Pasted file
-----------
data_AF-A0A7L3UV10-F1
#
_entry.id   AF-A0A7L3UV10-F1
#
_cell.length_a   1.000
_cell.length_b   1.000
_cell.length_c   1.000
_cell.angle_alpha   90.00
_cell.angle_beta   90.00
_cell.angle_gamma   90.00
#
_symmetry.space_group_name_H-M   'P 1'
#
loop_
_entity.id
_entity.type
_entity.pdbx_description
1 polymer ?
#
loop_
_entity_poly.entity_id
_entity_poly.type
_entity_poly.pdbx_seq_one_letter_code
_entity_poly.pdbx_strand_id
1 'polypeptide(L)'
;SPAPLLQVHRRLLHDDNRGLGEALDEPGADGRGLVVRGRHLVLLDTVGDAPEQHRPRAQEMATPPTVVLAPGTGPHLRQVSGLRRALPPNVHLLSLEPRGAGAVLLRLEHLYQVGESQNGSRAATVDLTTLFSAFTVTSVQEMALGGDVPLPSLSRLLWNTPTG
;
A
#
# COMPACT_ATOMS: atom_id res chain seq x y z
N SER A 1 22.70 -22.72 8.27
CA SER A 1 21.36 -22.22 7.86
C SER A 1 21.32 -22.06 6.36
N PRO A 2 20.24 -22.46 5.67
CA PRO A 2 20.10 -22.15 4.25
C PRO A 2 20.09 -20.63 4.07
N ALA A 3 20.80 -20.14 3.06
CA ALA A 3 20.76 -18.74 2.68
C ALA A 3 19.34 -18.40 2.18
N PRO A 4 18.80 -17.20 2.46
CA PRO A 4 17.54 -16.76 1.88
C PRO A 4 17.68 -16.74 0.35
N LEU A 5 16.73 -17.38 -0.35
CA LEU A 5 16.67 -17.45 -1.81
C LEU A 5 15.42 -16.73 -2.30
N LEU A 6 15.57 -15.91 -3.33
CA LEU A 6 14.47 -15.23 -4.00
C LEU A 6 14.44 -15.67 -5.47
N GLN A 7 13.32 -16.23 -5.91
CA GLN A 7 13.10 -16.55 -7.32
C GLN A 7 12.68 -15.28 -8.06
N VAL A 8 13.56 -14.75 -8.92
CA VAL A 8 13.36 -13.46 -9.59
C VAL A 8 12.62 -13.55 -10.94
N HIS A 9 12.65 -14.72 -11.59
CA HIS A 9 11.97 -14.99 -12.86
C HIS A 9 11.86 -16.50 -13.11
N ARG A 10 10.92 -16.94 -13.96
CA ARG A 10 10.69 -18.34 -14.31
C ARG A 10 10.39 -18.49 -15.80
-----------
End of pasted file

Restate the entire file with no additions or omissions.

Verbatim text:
data_AF-A0A7L3UV10-F1
#
_entry.id   AF-A0A7L3UV10-F1
#
_cell.length_a   1.000
_cell.length_b   1.000
_cell.length_c   1.000
_cell.angle_alpha   90.00
_cell.angle_beta   90.00
_cell.angle_gamma   90.00
#
_symmetry.space_group_name_H-M   'P 1'
#
loop_
_entity.id
_entity.type
_entity.pdbx_description
1 polymer ?
#
loop_
_entity_poly.entity_id
_entity_poly.type
_entity_poly.pdbx_seq_one_letter_code
_entity_poly.pdbx_strand_id
1 'polypeptide(L)'
;SPAPLLQVHRRLLHDDNRGLGEALDEPGADGRGLVVRGRHLVLLDTVGDAPEQHRPRAQEMATPPTVVLAPGTGPHLRQVSGLRRALPPNVHLLSLEPRGAGAVLLRLEHLYQVGESQNGSRAATVDLTTLFSAFTVTSVQEMALGGDVPLPSLSRLLWNTPTG
;
A
#
# COMPACT_ATOMS: atom_id res chain seq x y z
N SER A 1 22.70 -22.72 8.27
CA SER A 1 21.36 -22.22 7.86
C SER A 1 21.32 -22.06 6.36
N PRO A 2 20.24 -22.46 5.67
CA PRO A 2 20.10 -22.15 4.25
C PRO A 2 20.09 -20.63 4.07
N ALA A 3 20.80 -20.14 3.06
CA ALA A 3 20.76 -18.74 2.68
C ALA A 3 19.34 -18.40 2.18
N PRO A 4 18.80 -17.20 2.46
CA PRO A 4 17.54 -16.76 1.88
C PRO A 4 17.68 -16.74 0.35
N LEU A 5 16.73 -17.38 -0.35
CA LEU A 5 16.67 -17.45 -1.81
C LEU A 5 15.42 -16.73 -2.30
N LEU A 6 15.57 -15.91 -3.33
CA LEU A 6 14.47 -15.23 -4.00
C LEU A 6 14.44 -15.67 -5.47
N GLN A 7 13.32 -16.23 -5.91
CA GLN A 7 13.10 -16.55 -7.32
C GLN A 7 12.68 -15.28 -8.06
N VAL A 8 13.56 -14.75 -8.92
CA VAL A 8 13.36 -13.46 -9.59
C VAL A 8 12.62 -13.55 -10.94
N HIS A 9 12.65 -14.72 -11.59
CA HIS A 9 11.97 -14.99 -12.86
C HIS A 9 11.86 -16.50 -13.11
N ARG A 10 10.92 -16.94 -13.96
CA ARG A 10 10.69 -18.34 -14.31
C ARG A 10 10.39 -18.49 -15.80